- UL 203, Pipe Hanger Equipment for Fire Protection Service for Fire Protection System Supports
- UL 203A Sway Brace Devices for Sprinkler System Piping for Seismic Applications
These standards govern the materials making up pipe hangers. Strength, corrosion-resistance, and other factors are considered. The result is a listing that limits the maximum load and the choice of medium for each fastener type, ensuring that these devices support pipe safely.
Basic considerations for fasteners include the base material, ambient heat, and other factors specified by the manufacturer
There are three types of standard fasteners—concrete fasteners, steel fasteners, and wood fasteners. Each type of fastener is made specifically for use with its corresponding medium.
Many manufacturers include installation guidelines and procedures for fasteners. When followed accurately, these instructions allow installers to achieve the best results possible. Each manufacturer tests products in various scenarios to ensure their performance in a variety of applications.
The base material can have a sizable impact on the performance of the fastener. Fasteners installed into a dense medium such as concrete have the ability to withstand greater load pressures than those installed in lighter mediums, such as wood. But the quality of that material matters, too. For example, cedar, pine, redwood, and other wood types each have vastly different performance characteristics.
Once you understand the material you’re working with, consider the load that the fastener itself will bear and the fastener’s material. Ensure that the fastener is listed and suitable for the load. Those used for fire sprinkler systems must meet more requirement than other fasteners. Critically, each fastener should be able to withstand high levels of heat; those designed for fire service should undergo fire rating tests and be listed accordingly.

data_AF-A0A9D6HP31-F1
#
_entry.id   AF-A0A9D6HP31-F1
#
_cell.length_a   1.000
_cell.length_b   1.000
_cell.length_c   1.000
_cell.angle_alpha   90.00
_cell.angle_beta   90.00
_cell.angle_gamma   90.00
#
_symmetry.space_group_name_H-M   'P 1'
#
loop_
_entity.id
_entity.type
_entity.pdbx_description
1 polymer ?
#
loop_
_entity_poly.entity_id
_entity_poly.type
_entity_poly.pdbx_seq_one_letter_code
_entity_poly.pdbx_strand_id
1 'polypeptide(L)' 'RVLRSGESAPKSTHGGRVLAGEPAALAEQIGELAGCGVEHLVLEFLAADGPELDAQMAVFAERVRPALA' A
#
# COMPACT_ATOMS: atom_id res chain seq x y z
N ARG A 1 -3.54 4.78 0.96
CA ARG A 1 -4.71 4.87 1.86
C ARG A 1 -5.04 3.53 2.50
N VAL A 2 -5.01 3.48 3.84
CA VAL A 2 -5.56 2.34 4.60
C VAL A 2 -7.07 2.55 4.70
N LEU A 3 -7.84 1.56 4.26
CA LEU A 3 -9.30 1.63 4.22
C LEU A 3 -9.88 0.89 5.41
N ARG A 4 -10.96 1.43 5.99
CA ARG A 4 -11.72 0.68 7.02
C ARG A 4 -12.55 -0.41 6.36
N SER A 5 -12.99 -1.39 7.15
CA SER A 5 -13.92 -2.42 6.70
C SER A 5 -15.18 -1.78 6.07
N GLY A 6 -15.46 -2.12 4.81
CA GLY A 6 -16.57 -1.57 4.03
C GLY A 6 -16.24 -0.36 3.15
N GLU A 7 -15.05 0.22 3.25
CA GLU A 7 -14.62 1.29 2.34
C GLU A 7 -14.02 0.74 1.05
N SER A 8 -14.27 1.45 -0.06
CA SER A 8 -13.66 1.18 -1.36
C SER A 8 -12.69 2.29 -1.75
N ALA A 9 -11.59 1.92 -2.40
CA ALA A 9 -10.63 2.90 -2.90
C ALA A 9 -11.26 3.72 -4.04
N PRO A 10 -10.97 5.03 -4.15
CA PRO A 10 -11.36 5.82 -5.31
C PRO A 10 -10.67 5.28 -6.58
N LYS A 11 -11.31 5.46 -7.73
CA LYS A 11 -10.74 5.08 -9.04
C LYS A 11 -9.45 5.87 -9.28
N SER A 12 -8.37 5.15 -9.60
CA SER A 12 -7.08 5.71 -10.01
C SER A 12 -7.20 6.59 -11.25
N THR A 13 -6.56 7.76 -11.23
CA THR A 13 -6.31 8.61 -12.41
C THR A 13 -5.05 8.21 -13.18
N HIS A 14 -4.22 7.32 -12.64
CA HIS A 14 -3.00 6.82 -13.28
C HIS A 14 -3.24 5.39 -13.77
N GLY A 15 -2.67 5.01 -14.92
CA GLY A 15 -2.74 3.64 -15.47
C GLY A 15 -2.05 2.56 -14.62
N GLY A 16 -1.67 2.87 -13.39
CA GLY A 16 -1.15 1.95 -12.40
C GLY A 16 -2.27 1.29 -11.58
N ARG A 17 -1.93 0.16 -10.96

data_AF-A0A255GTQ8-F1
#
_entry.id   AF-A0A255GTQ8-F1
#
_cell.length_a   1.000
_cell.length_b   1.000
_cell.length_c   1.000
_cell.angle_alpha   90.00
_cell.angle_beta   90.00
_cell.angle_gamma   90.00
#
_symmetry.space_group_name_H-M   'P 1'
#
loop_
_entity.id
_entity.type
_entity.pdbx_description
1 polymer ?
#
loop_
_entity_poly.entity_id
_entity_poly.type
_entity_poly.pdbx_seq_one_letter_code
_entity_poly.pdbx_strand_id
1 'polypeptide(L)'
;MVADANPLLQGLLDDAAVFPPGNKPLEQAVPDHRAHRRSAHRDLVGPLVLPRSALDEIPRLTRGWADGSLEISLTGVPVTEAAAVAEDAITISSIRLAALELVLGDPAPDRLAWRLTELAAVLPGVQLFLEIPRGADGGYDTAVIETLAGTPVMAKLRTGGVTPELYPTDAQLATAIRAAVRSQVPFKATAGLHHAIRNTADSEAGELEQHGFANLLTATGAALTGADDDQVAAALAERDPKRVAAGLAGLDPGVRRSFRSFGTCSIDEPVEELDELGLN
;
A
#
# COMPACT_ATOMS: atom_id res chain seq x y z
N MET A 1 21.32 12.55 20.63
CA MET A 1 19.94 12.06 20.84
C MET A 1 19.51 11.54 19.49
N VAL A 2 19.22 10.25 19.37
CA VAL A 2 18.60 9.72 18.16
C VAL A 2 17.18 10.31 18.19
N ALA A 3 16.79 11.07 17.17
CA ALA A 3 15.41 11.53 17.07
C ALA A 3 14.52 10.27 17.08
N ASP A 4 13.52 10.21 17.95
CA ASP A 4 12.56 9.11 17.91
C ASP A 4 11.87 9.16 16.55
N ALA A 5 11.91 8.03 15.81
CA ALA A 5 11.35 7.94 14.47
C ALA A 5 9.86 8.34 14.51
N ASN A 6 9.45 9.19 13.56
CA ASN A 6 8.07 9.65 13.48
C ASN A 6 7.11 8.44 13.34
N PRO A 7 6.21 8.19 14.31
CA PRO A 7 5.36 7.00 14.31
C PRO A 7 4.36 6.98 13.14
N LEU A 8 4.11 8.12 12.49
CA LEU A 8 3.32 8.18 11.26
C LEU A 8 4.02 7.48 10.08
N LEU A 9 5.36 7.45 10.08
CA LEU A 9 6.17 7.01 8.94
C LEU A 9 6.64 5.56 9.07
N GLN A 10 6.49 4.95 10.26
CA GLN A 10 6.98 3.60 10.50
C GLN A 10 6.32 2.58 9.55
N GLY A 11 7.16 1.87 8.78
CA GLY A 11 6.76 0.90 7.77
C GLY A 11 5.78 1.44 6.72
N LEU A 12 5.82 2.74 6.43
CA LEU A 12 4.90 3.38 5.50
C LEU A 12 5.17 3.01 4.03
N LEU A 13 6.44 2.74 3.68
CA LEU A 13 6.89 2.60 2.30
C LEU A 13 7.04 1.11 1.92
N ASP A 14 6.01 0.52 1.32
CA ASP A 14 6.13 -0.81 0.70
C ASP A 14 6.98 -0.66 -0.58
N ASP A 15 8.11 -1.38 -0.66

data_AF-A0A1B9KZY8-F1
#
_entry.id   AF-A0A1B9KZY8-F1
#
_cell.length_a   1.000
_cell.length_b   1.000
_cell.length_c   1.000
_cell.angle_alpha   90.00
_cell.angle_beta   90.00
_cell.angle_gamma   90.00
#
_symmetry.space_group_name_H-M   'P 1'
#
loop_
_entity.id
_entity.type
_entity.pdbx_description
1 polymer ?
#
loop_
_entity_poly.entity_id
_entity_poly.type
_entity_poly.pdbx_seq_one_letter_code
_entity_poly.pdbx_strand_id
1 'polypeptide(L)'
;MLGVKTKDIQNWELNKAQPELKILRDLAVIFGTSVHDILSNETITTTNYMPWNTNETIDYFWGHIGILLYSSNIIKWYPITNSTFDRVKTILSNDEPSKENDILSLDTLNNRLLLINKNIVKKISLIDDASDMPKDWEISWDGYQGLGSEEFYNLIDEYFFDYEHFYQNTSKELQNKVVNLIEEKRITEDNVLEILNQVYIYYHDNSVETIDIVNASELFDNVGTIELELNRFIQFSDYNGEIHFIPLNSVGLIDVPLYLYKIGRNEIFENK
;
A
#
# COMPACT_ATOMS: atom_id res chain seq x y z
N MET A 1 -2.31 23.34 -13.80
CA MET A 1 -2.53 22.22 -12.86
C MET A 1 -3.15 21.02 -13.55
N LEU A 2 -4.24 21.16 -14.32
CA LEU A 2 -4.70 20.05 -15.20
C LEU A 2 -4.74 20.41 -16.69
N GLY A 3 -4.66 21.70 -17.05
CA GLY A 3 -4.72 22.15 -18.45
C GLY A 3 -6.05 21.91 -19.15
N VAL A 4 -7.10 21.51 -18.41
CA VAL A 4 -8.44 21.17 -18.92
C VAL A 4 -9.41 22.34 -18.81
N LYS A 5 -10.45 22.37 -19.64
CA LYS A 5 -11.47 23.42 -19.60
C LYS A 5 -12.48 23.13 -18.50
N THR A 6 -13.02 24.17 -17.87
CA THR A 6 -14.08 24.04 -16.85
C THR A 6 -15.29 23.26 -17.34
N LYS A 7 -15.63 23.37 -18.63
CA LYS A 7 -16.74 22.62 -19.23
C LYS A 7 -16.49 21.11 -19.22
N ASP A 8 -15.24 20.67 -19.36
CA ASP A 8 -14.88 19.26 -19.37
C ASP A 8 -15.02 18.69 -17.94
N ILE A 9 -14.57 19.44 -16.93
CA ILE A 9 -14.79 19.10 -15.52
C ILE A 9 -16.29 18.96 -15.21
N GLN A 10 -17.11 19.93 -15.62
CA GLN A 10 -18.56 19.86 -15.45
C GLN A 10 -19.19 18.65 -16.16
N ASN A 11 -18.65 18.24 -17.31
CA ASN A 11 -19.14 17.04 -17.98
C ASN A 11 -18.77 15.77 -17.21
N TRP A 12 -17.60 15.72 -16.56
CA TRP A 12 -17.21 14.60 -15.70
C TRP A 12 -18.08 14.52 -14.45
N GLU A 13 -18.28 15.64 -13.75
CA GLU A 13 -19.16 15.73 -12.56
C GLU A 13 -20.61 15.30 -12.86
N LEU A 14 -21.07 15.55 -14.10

Why choose HangerMate fasteners?
DeWALT’s line of HangerMate fasteners is approved for overhead use with fire sprinkler pipes. Based on their type, orientation, and the base material, some of these small fasteners can support ultimate tensile loads up to 5,810 pounds. HangerMate dual-directional fasteners even allow installers to hang pipe both vertically and horizontally.
Each fastener type is specially designed for use in concrete, steel, or wood. All three specifications come in vertical, horizontal, and dual-directional configurations. And each can be used with a specified DeWalt screwdriver kit, drill/driver kit, or hammer drill kit.
At QRFS we have a wide selection of threaded rod fasteners, including all the options mentioned above. By purchasing from us, you not only receive quality products (within 2-3 business days generally), but you also benefit from our quality customer service and extensive product knowledge.
This blog was originally posted by Jason Hugo and Anna Hartenbach at blog.qrfs.com on September 7, 2017. If you found this helped you work smarter instead of harder, check us out at Facebook.com/QuickResponseFireSupply or on Twitter @QuickResponseFS.